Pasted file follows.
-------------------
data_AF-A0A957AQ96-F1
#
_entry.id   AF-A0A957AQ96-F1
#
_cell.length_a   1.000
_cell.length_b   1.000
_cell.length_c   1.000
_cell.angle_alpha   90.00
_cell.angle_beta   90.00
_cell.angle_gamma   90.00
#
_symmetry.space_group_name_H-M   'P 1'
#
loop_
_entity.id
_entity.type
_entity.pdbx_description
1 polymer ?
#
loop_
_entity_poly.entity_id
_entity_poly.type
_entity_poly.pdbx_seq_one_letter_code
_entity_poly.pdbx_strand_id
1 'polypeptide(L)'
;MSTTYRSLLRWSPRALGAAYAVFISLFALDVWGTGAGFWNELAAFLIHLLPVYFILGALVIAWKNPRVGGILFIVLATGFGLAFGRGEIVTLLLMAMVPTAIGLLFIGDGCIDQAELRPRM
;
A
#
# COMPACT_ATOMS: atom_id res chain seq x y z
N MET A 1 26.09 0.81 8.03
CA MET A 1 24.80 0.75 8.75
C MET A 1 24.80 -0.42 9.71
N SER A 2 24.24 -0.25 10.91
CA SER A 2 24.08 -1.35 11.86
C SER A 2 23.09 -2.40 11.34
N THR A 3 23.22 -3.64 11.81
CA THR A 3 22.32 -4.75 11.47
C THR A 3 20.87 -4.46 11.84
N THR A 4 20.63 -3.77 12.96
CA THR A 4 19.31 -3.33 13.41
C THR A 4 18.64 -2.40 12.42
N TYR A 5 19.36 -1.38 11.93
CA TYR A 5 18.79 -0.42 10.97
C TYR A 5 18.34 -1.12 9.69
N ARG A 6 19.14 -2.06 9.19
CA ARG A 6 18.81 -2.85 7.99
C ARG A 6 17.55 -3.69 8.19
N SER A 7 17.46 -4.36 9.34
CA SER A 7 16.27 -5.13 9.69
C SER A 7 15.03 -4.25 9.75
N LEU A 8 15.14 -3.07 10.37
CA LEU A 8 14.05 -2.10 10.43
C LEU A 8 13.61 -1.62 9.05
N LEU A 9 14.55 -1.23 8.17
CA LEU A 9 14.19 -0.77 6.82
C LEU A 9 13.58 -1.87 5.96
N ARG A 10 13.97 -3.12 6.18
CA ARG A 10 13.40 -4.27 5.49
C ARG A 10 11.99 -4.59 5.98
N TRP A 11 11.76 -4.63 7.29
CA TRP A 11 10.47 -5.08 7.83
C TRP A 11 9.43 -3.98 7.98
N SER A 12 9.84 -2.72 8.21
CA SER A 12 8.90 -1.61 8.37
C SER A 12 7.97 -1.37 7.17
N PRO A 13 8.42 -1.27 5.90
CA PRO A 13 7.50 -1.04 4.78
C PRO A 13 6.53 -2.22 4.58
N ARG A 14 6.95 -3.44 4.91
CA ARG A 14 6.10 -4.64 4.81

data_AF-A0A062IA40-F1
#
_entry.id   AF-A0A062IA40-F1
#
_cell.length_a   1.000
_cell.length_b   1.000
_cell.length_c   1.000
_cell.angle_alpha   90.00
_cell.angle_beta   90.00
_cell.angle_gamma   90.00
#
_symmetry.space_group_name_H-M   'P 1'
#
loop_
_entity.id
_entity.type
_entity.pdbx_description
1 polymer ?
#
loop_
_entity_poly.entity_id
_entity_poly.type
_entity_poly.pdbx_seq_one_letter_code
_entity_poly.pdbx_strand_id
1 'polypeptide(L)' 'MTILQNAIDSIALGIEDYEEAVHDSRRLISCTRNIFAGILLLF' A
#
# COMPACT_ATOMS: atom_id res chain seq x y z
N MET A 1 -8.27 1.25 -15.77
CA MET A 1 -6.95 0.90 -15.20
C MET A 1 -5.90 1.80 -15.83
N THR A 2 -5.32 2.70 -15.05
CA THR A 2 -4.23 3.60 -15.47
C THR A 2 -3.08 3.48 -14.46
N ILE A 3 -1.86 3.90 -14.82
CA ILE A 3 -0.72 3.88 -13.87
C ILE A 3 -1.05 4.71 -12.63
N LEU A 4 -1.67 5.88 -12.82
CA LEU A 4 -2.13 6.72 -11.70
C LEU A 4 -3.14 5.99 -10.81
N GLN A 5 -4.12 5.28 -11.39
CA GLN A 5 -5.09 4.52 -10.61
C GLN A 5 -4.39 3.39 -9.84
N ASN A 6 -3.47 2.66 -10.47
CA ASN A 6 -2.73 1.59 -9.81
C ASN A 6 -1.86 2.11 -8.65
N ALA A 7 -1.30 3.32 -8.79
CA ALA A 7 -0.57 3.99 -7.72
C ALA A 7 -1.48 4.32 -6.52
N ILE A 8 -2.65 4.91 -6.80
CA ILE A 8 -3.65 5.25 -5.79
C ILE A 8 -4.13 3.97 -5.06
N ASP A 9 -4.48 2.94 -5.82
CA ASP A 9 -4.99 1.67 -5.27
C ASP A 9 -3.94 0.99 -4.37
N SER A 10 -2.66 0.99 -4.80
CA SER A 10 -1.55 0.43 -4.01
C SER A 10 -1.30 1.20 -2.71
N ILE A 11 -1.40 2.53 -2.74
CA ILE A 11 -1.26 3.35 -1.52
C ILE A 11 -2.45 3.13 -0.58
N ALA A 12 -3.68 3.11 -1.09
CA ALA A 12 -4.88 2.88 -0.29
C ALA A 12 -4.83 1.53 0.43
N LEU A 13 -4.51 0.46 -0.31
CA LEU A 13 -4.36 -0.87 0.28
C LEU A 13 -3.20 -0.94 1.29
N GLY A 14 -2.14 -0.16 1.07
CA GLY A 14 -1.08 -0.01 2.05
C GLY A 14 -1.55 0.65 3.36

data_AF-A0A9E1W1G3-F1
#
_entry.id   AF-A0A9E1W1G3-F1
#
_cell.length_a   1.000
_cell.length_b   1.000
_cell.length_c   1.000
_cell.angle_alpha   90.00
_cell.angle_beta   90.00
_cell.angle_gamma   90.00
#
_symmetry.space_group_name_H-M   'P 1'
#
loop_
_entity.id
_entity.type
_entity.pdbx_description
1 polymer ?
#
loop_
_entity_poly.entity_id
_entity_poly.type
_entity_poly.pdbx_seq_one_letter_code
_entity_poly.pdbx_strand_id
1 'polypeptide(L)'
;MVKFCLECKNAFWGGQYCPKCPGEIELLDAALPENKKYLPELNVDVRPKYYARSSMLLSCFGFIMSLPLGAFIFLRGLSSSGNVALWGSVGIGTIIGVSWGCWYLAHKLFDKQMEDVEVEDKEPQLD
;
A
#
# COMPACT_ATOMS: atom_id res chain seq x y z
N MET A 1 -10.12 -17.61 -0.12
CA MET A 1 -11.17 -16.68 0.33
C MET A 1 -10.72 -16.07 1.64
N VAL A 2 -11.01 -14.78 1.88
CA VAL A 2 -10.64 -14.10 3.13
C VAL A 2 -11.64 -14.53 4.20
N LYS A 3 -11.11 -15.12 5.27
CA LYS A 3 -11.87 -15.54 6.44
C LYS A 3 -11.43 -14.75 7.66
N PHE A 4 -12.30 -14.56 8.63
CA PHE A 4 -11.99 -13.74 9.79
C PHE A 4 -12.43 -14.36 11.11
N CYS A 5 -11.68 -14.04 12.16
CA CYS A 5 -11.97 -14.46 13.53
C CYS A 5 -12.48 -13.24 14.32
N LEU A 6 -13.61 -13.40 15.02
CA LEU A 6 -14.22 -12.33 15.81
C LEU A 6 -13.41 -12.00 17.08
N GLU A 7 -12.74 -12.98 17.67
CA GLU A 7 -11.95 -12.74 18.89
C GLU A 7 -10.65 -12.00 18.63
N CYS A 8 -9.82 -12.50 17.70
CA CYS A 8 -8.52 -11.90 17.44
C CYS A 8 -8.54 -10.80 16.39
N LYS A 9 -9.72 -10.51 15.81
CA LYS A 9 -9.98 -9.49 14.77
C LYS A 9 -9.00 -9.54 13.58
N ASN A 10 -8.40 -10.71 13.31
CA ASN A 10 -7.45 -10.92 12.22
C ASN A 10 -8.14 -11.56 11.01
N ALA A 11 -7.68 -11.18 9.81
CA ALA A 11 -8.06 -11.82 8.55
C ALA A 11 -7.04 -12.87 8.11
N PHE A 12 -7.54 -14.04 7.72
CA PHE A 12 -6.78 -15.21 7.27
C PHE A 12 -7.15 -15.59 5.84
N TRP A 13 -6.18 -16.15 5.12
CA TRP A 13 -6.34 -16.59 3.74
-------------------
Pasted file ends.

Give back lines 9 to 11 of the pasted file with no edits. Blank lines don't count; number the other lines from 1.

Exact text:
_cell.angle_beta   90.00
_cell.angle_gamma   90.00
#